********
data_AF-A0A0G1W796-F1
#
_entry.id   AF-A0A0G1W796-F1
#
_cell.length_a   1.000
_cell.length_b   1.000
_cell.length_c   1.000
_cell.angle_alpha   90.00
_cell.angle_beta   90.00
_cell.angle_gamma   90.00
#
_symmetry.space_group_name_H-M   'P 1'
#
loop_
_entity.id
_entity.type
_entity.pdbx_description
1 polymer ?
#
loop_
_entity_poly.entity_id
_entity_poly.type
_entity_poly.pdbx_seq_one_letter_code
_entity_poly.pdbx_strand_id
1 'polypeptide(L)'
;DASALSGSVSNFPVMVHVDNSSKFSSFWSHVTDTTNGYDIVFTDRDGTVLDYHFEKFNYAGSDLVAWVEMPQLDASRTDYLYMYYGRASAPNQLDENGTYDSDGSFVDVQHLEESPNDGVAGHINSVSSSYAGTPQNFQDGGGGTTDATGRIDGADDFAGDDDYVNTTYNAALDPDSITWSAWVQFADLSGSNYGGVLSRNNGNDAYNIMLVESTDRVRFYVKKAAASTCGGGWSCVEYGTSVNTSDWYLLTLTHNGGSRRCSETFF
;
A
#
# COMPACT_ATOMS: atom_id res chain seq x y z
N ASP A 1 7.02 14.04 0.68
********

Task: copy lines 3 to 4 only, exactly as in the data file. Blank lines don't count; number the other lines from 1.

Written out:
_entry.id   AF-A0A0G1W796-F1
#